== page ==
Understanding tax obligations is one of the biggest challenges for UK expats working in Czech Republic. Your UK residency will play an enormous role in what kind of taxes you owe, how you file, and your net income.
Find out how to determine both your current and preferred residency, as well as advice on capital gains tax, owning UK property while you are in Czech Republic, and more. You can also contact us if you would like to speak to a professional about your specific circumstances.
UK tax residents will need to pay UK tax on their worldwide income, although this amount is subject to relief based on foreign tax paid. Non-residents are taxed at the same rates as residents, but only on income sourced in the UK – this means you can avoid the extra hassle of securing relief for the foreign taxes you’ve already paid.
Aside from needing to comply with tax law in Czech Republic (more on that here), you might still need to submit a UK tax return. Since there are several variables that can affect your earnings, it will be important to understand your non-resident status and how it can affect how much you owe (or don’t owe) in both the UK and Czech Republic. Head here for more info.
When you leave the UK to work full-time in Czech Republic, you generally become non-resident the day after you depart the UK. However, certain conditions must still be met:
- The employment contract must be for at least one year.
- You need to have left the UK to commence employment, rather than for recreational travelling or holiday.
- You must be absent from the UK for an entire year; if you visit the UK, these visits cannot total 183 days or more (and need to average less than 91 days per year throughout your time of absence up to the first four years).
If you’re leaving to work in Czech Republic, you could potentially be resident for one part of the year, and non-resident for the other – this is “split year treatment” (jump here for more info on split year treatment).
In general, you’re automatically considered non-resident if you leave the UK to work full-time in another country, spend less than 16 days inside the UK, or were non-resident for the previous three tax years.
If you aren’t a UK resident based on those tests, then a “sufficient ties” test might be used to establish residency instead. This is an evaluation of the ties you have to the UK, namely:
- Family tie
- Accommodation tie
- Work tie
- 90-day tie
- Country tie (this considers whether the UK was the country where you’ve spent the largest number of days)
You should look to reduce as many of these ties as possible if you want to establish non-resident status.
If you’re considered non-resident, you’ll only need to pay tax on income originating in the UK. However, this can include capital gains, or you may be subject to tax on UK income while you were resident.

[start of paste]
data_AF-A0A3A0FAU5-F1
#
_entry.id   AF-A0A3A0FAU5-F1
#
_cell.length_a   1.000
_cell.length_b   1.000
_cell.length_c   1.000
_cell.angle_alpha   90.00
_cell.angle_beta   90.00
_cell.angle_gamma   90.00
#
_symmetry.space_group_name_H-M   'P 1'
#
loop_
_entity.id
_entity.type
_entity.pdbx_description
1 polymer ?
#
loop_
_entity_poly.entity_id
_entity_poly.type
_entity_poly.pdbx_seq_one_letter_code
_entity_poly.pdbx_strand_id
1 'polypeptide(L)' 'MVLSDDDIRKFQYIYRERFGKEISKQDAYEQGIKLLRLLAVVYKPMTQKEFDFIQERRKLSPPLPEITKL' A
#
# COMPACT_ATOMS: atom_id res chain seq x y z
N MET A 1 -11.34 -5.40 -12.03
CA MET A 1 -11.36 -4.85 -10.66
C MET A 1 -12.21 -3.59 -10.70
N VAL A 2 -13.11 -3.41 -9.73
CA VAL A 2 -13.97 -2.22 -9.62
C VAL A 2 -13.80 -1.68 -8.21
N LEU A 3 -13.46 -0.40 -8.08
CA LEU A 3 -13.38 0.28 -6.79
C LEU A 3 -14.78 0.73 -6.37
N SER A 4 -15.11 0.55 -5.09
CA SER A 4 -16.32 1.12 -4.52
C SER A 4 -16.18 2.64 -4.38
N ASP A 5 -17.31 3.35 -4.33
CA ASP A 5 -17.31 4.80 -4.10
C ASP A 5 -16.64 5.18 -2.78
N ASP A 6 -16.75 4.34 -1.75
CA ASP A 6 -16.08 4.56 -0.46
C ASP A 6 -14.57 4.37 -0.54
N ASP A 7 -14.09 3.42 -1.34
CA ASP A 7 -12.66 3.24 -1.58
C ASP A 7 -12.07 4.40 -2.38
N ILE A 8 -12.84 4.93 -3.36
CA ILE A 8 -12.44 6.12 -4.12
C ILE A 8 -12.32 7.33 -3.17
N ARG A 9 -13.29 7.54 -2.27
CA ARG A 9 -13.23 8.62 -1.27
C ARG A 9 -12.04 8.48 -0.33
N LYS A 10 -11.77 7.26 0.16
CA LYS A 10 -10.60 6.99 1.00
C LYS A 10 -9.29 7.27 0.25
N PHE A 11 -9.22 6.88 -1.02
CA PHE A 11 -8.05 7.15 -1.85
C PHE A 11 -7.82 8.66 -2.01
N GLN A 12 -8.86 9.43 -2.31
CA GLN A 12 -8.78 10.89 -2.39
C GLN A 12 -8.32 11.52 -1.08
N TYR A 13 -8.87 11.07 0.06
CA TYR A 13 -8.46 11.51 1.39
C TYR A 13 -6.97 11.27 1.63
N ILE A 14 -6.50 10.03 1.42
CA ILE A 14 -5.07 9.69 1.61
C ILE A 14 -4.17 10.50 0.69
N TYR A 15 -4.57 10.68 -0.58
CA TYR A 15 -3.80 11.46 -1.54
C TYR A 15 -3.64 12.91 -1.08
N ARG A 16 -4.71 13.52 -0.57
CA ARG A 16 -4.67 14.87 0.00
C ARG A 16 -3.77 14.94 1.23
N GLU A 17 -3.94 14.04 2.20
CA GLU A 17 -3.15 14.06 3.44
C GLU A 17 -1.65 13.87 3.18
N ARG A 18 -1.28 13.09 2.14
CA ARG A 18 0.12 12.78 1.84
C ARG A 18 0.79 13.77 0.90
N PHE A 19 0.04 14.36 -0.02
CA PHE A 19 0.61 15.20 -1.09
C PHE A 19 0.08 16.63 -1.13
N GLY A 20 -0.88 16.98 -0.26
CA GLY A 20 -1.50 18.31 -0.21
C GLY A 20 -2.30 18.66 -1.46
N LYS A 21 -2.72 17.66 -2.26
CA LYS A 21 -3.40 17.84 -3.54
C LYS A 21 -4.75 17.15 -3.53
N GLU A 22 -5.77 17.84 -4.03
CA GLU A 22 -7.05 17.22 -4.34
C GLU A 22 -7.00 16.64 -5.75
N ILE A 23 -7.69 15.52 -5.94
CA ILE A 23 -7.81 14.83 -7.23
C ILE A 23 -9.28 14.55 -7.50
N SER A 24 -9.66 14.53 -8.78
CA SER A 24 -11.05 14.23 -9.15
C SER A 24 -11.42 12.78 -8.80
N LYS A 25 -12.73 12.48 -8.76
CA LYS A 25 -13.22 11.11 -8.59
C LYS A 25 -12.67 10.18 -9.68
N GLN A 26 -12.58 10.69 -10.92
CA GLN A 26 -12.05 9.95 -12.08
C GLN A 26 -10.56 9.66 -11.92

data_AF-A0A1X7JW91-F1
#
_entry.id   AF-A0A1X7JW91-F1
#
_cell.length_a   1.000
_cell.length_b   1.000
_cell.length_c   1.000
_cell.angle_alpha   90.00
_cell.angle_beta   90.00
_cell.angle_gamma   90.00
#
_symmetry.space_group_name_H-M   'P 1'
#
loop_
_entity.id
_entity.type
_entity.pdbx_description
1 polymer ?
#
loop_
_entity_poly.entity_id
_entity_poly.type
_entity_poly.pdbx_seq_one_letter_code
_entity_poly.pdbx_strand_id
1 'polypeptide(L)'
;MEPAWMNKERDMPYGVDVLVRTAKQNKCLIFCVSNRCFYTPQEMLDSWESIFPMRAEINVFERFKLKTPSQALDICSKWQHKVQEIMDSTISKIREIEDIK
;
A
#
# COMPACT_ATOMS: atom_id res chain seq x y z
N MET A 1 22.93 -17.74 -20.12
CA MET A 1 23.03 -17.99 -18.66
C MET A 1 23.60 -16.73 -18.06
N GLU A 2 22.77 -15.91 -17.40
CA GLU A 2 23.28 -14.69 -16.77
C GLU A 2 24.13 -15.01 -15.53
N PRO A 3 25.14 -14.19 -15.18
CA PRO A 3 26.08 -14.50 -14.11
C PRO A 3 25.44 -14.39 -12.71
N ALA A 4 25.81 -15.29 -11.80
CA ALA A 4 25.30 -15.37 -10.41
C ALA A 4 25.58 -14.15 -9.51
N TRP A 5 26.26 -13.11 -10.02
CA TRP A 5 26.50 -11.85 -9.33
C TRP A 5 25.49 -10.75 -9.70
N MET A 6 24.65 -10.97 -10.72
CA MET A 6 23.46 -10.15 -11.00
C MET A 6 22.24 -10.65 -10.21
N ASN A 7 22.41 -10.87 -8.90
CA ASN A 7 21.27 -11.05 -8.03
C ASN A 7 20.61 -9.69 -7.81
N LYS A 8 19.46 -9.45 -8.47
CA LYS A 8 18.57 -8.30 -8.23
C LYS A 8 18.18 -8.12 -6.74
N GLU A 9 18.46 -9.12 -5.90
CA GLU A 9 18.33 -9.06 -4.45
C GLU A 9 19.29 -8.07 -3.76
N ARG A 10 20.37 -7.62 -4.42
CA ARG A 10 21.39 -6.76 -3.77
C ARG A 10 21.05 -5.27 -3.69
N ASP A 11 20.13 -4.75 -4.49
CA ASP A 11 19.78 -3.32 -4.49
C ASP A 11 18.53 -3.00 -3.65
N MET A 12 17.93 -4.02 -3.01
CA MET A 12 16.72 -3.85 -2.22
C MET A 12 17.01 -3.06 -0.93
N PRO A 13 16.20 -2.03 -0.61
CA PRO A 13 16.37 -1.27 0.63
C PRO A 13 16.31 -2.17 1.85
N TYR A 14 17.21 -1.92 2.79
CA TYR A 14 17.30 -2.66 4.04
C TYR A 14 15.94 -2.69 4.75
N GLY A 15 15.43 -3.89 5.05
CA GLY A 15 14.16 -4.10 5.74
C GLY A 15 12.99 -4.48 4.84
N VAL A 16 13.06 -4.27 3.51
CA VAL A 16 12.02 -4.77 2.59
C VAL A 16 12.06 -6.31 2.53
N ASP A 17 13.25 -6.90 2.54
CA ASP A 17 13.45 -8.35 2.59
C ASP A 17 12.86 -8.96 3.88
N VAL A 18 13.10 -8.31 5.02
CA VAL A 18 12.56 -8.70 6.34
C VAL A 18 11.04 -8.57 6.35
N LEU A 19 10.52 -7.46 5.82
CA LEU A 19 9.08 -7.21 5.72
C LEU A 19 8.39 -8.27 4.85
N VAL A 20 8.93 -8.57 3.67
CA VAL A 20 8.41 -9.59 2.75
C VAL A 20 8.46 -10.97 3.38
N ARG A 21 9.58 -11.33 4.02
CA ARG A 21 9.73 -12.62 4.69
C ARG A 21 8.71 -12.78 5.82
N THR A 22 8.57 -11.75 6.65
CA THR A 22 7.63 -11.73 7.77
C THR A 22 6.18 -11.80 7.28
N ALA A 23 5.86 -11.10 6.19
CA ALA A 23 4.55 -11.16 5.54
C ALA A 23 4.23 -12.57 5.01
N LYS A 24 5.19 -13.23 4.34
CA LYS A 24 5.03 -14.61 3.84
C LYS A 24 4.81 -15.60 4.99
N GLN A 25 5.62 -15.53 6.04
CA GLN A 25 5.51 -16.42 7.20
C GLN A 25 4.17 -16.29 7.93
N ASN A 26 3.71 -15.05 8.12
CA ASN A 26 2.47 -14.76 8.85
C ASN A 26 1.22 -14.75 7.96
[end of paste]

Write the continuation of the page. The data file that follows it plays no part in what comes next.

You might not need to file a tax return if you’re only earning investment income from the UK, such as interest or dividends. Conversely, you will need to file a return and declare any UK earnings if they’re from self-employment, directors’ fees, partnership profits, or a bonus that accompanies work performed in the UK before you become non-resident.
Further, non-residents might potentially need to declare income from renting property in the UK if tax hasn’t been deducted under the Non-Resident Landlord Scheme (read more about that here).
When in doubt, it’s safest to submit a tax return to ensure that you’ve claimed all necessary expenses or allowances.
The UK is part of over a hundred double taxation agreements, or DTAs, with various countries. Among other purposes, these agreements help ensure that individuals who are resident in one country and working in another aren’t subject to taxed doubly on one source of income.
For non-residents who are still earning UK income, you can claim relief under one of these DTAs by submitting a double taxation claim form. The form will need to be certified by the relevant authorities in Czech Republic to affirm that you are a resident.
As an expat in Czech Republic, you might still rent out land or property in the UK despite being out of the country. The Non-Resident Landlord Scheme applies to individuals who own rental property in the UK, but whose regular home is in another country. It requires that the basic tax rate is deducted from the rental income before it’s passed to you, the landlord.
If you’re a non-resident, you may be eligible to receive your rental income without tax being deducted. You will need to apply with the HMRC to determine eligibility. You can apply at any time (including before you have departed the UK, or before you have begun the rental period).
Non-residents are not usually liable for tax on capital gains in the UK. Nonetheless, you may owe tax on capital gains even as a non-resident if the assets are held in order to perform work through an agency or branch in the UK.